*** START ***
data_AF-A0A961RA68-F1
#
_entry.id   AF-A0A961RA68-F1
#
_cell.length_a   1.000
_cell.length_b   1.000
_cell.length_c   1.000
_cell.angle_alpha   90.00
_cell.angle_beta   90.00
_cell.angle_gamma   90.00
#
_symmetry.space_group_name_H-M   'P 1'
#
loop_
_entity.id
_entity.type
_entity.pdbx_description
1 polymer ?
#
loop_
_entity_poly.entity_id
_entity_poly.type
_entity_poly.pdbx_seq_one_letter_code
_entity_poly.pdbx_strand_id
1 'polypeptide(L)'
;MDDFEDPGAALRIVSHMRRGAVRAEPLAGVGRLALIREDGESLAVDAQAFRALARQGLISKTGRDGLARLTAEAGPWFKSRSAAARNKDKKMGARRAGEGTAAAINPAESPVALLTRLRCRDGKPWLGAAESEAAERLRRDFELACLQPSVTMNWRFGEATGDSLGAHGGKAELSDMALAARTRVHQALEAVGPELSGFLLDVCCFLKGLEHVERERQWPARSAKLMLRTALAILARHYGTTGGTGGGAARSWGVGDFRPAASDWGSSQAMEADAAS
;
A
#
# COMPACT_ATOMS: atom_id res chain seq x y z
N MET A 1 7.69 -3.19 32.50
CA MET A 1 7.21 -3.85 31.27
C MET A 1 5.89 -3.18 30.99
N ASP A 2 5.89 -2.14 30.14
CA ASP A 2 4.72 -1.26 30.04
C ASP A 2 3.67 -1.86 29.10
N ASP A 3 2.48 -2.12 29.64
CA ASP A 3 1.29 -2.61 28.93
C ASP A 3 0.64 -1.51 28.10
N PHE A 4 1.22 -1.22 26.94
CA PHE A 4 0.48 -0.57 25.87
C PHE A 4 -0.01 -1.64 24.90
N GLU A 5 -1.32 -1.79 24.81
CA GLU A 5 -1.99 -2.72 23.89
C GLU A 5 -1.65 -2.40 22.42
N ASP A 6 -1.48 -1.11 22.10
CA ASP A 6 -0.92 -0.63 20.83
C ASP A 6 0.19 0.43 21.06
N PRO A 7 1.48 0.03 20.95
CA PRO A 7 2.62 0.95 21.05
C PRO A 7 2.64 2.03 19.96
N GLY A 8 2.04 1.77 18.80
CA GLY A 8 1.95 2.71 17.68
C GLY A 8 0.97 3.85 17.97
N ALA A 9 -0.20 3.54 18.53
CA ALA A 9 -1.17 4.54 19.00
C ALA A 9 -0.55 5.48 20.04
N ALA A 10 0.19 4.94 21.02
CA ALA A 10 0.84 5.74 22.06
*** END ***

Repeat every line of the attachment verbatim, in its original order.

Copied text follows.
data_AF-A0A961RA68-F1
#
_entry.id   AF-A0A961RA68-F1
#
_cell.length_a   1.000
_cell.length_b   1.000
_cell.length_c   1.000
_cell.angle_alpha   90.00
_cell.angle_beta   90.00
_cell.angle_gamma   90.00
#
_symmetry.space_group_name_H-M   'P 1'
#
loop_
_entity.id
_entity.type
_entity.pdbx_description
1 polymer ?
#
loop_
_entity_poly.entity_id
_entity_poly.type
_entity_poly.pdbx_seq_one_letter_code
_entity_poly.pdbx_strand_id
1 'polypeptide(L)'
;MDDFEDPGAALRIVSHMRRGAVRAEPLAGVGRLALIREDGESLAVDAQAFRALARQGLISKTGRDGLARLTAEAGPWFKSRSAAARNKDKKMGARRAGEGTAAAINPAESPVALLTRLRCRDGKPWLGAAESEAAERLRRDFELACLQPSVTMNWRFGEATGDSLGAHGGKAELSDMALAARTRVHQALEAVGPELSGFLLDVCCFLKGLEHVERERQWPARSAKLMLRTALAILARHYGTTGGTGGGAARSWGVGDFRPAASDWGSSQAMEADAAS
;
A
#
# COMPACT_ATOMS: atom_id res chain seq x y z
N MET A 1 7.69 -3.19 32.50
CA MET A 1 7.21 -3.85 31.27
C MET A 1 5.89 -3.18 30.99
N ASP A 2 5.89 -2.14 30.14
CA ASP A 2 4.72 -1.26 30.04
C ASP A 2 3.67 -1.86 29.10
N ASP A 3 2.48 -2.12 29.64
CA ASP A 3 1.29 -2.61 28.93
C ASP A 3 0.64 -1.51 28.10
N PHE A 4 1.22 -1.22 26.94
CA PHE A 4 0.48 -0.57 25.87
C PHE A 4 -0.01 -1.64 24.90
N GLU A 5 -1.32 -1.79 24.81
CA GLU A 5 -1.99 -2.72 23.89
C GLU A 5 -1.65 -2.40 22.42
N ASP A 6 -1.48 -1.11 22.10
CA ASP A 6 -0.92 -0.63 20.83
C ASP A 6 0.19 0.43 21.06
N PRO A 7 1.48 0.03 20.95
CA PRO A 7 2.62 0.95 21.05
C PRO A 7 2.64 2.03 19.96
N GLY A 8 2.04 1.77 18.80
CA GLY A 8 1.95 2.71 17.68
C GLY A 8 0.97 3.85 17.97
N ALA A 9 -0.20 3.54 18.53
CA ALA A 9 -1.17 4.54 19.00
C ALA A 9 -0.55 5.48 20.04
N ALA A 10 0.19 4.94 21.02
CA ALA A 10 0.84 5.74 22.06